#1 -- If you love a bus, any bus, i think that could qualify you as a busnut. if you didn't build your own unit, it doesn't discount your love of the vehicle.
My wife and I bought ours already built, but needing some love. We are in the process of supplying the love. The love takes the form of time, and $$$. We have some time and we have some $$$. We are applying each as available.
#2 -- There are I think a select amount of people who love all busses. I for one break my neck when going down the road to see ANY bus, be it schoolie or otherwise, converted or not.
When I drove down the road prior to buying our 4103 I looked at buses because a good friend has a 1951 Beck that he and his family use to go to the race track. I've always liked older buses.
Since purchasing our 4103 both my wife and I crane our necks to figure out what kind of bus we just passed in our "other" vehicles. Just the other day my wife saw a bus she didn't recognise. I was driving and asked her what she saw. She responded with, "It has an Eagle on the front." My response was that was probably an Eagle, and sure enough when I could finally see it in the mirror it was an Eagle. Just don't ask me what model. Neither of us has reached that point. Yet.
#3 -- I and my family have chosen to live in a bus fulltime. This requires a certain amount of sacrifice as well as a lot of enjoyment that the "mainstream public" has no connection to. We are fortunate to have an occupation that allows us to live this way, and fulfill our busnut dreams daily.
Neither my wife nor I are ready for that kind of life. In fact we are also enjoying the house we just purchsed. It, too, is a lot of work, but it's like our bus, just not mobile. (ignoring the inconvenient facts that the house sits on a tectonic plate that is "floating," and that the earth is rotating about it's axis, revolving around the sun in a solar system that is moving within a Galaxy, that itself is chugging through the Universe)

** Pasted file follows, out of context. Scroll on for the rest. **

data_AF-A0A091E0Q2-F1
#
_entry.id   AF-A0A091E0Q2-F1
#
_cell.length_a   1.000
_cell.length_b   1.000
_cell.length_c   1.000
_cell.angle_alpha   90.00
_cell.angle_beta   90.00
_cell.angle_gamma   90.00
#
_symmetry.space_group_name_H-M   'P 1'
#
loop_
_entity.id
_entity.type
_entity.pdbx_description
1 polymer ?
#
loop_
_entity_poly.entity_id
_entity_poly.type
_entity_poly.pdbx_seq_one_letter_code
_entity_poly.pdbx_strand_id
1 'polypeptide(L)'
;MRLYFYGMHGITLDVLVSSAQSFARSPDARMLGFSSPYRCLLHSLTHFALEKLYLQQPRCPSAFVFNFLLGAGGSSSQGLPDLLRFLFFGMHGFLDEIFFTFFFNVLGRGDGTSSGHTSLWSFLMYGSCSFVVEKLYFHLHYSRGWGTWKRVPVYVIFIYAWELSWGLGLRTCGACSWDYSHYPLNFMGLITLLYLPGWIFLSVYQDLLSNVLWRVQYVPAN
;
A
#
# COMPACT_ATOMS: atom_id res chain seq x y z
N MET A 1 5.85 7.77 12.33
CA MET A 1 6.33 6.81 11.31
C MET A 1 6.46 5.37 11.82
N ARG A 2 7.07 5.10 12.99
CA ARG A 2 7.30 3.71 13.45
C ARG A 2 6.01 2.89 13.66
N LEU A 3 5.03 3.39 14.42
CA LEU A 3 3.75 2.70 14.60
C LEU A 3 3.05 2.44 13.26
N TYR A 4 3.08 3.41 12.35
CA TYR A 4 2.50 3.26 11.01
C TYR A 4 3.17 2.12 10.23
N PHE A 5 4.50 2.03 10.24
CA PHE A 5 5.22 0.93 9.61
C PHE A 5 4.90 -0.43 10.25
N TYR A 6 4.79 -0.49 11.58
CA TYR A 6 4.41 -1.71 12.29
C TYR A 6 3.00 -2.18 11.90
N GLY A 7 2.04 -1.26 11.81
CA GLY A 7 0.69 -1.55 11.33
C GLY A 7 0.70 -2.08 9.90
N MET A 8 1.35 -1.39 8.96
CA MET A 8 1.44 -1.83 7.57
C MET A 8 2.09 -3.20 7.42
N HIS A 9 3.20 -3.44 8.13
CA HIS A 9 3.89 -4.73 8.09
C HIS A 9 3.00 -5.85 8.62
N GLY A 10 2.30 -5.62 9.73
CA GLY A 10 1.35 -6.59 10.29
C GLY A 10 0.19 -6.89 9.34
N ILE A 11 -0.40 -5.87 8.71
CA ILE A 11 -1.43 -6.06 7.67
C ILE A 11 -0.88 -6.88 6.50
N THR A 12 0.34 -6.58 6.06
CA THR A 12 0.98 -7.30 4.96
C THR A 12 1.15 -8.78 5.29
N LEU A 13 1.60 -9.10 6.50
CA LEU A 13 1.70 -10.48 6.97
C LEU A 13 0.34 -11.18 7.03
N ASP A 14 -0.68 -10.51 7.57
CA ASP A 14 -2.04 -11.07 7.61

Hang in there, you have made the leap, and if you just give yourself the time to develop your hobby you will in time thank yourself for that very hobby.IMHO
I agree wholeheartedly! I've burned myself out with a number of things, and when I eased back into them I found I enjoyed them more than I thought.
To borrow and modify a phrase from the the Police: "Place your hands on your head and step away from the Bus."
Take a breather from the bus, rejoin life. Trust me, life is waiting for you, and will welcome you with open arms. When you are ready to work on the bus again it will be there waiting for you with an open door (sorry, I couldn't resist).
As Clarke mentioned way back in the early pages of this thread, Life is what you make of it. I've just been kicked. I lost my job a couple of weeks ago, and when I was sure I was losing it I was bummed out for a few days, until I saw it for what it was. A break from what I've been doing for close to 12 years. It is an opportunity to take some time off for me and my family (I had over 260 hours of accrued time off), and figure out what I want to do going forward. I did not dread it, I did not fear it, I accepted it, and I'm moving forward.
When I figure out where I'm going, it'll be full steam ahead. Until then I've stopped to smell the roses, and work on our bus, and on our house, and on our racecar, and our street cars (my wife and I own 13 wheeled vehicles not including ride-on lawn mowers...).
If we could be at any of the upcoming rallys we'd be there, unfortunately we have plans of every weekend through November.
Hope to see you sometime on the road. If you are ever in the Raleigh/Durham area of North Carolina, give us a shout and we can hook up for a bite to eat.
- John & Natasha